Stock market background design

When the U.S. stock market delivers outsized returns, it’s easy for clients to lose focus. The allure of potential gains often overshadows an investor’s long-term strategy and diverts their attention from what truly matters for achieving their financial goals.

As of Oct. 31, 2023, the S&P 500 total return year-to-date (as measured in Canadian dollars) was 12.96%, outpacing most other assets in a typical diversified portfolio. As a result, S&P 500 envy seems to be creeping its way into the investor mindset.

In times like these, it’s imperative for advisors to educate their clients about how investing in a defensive, diversified portfolio can help them earn more by accumulating more capital. All things being equal, a defensively constructed portfolio that mutes volatility and experiences smaller drawdowns can compound more efficiently. Volatility acts as a tax that causes investments to compound less efficiently, thereby reducing the growth of an investor’s wealth over time.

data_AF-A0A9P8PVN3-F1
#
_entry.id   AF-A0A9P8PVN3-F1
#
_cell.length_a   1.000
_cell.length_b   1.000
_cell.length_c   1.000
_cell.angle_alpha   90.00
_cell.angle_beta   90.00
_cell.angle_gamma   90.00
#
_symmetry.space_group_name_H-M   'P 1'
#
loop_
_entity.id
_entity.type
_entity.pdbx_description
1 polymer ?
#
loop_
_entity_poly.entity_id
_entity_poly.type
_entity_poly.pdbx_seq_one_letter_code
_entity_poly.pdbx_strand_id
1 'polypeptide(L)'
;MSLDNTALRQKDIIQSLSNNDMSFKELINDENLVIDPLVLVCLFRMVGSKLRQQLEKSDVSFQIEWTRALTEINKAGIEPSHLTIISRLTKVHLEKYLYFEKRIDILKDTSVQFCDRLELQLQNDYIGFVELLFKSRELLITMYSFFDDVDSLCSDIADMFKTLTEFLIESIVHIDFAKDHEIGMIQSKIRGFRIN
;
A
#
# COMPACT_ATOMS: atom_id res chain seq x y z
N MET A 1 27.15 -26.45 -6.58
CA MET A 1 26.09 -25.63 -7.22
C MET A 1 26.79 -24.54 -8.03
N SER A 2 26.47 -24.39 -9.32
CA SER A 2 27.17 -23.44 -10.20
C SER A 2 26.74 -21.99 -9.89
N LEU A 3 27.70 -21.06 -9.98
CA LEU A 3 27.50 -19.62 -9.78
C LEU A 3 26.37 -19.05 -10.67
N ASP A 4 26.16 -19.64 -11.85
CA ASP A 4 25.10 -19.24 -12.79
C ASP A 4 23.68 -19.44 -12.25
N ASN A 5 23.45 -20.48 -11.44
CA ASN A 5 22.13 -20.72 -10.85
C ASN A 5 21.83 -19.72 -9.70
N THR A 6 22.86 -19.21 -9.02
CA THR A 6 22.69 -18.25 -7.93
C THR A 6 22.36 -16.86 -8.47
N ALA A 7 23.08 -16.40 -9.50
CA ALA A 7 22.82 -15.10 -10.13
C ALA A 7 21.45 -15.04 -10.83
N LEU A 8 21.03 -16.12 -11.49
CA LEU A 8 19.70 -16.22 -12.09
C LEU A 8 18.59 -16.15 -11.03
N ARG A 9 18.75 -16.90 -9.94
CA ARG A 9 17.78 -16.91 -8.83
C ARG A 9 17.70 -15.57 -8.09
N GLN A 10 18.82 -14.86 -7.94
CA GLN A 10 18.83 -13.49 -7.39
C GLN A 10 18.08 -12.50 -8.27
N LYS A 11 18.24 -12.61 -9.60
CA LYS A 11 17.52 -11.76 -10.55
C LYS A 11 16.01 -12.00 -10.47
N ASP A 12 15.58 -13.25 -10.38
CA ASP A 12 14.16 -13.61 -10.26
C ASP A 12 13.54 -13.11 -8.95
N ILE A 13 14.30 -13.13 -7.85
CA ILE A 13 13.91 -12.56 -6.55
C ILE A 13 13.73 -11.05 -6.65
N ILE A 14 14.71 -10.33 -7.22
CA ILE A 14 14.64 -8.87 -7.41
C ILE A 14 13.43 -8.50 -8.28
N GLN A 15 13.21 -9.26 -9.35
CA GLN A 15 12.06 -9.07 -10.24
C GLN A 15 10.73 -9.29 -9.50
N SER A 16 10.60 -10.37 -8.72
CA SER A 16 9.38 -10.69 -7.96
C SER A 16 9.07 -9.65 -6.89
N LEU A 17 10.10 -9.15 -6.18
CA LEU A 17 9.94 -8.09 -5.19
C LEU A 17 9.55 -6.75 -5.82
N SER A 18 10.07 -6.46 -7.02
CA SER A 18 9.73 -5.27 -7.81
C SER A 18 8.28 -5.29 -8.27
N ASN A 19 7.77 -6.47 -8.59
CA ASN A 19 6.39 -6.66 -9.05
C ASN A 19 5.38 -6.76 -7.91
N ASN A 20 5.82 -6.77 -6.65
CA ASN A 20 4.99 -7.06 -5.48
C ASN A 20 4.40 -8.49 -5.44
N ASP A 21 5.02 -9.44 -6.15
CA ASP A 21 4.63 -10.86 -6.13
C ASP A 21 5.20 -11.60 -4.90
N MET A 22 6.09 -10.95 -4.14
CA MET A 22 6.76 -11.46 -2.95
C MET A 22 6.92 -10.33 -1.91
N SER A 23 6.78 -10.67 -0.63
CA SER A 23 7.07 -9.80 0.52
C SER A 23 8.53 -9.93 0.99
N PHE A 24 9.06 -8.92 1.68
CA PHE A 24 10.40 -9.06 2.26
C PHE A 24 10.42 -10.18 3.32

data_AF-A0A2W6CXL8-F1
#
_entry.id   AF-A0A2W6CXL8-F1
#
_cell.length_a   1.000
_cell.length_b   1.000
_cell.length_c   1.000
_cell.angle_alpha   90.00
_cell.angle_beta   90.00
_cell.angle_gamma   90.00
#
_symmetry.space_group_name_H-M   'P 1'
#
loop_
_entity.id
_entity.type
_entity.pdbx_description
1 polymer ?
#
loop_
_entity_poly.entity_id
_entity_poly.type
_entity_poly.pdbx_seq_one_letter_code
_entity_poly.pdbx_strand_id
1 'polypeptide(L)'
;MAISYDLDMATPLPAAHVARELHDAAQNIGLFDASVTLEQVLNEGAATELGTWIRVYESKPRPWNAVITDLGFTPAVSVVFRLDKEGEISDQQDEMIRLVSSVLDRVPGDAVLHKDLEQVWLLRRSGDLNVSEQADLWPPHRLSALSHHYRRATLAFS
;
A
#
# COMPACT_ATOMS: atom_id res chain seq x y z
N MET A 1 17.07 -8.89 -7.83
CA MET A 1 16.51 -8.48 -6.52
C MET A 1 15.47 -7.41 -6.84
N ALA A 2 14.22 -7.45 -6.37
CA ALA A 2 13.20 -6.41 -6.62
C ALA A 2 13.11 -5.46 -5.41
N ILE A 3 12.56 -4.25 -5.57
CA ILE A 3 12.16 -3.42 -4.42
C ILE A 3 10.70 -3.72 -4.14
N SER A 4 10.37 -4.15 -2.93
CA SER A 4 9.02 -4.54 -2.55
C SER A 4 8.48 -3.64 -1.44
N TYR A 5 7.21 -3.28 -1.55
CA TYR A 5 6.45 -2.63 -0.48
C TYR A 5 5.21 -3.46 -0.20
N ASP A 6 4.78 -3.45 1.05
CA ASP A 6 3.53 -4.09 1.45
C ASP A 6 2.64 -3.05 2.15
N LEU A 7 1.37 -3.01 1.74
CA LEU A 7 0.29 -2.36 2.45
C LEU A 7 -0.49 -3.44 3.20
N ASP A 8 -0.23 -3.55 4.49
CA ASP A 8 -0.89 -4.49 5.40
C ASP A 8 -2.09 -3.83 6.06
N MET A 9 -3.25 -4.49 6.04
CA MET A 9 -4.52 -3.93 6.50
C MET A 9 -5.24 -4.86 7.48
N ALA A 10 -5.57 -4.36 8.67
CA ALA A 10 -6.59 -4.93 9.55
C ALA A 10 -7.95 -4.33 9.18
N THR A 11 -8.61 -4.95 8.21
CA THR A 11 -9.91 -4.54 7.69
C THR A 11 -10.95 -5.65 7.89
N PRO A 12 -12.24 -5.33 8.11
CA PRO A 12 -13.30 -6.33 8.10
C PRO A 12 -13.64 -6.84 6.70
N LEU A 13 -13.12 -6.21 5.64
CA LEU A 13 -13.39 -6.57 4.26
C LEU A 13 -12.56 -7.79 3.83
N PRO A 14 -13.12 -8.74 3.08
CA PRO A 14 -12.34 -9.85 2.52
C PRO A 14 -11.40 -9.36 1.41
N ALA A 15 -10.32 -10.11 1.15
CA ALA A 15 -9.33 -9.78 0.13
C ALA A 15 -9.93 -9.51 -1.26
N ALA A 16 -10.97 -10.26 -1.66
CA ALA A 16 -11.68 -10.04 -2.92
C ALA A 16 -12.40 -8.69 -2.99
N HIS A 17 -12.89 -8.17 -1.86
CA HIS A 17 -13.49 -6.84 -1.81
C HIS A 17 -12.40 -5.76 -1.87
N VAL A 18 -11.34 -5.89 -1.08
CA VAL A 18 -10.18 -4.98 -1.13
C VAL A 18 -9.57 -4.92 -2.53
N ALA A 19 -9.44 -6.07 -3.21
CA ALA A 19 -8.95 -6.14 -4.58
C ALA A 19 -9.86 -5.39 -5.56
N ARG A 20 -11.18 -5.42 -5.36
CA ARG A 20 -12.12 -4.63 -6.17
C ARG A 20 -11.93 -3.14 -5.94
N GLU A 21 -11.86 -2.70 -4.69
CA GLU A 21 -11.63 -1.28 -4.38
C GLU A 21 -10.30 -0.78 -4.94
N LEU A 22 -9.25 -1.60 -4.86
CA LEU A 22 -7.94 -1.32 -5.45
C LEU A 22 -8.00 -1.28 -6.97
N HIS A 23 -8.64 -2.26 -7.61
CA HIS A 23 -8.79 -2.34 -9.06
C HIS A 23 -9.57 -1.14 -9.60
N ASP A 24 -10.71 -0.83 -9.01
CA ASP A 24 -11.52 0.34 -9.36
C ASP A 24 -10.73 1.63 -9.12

For example, the average return of the S&P/TSX composite total return index over the past 10 years ended Dec. 31, 2022, was 8.4%, but the actual compound return was 7.7%. The difference between the average and compound returns is due to the impact of “volatility tax” on the S&P/TSX composite index’s return.

Volatility tax is roughly equal to half of an asset’s variance. For example, over the 10 years ended Dec. 31, 2022, the volatility of the S&P/TSX composite was 12.1%, which corresponds to the 0.7% difference in average and compound returns over this period (0.1212 ÷ 2 = 0.7%).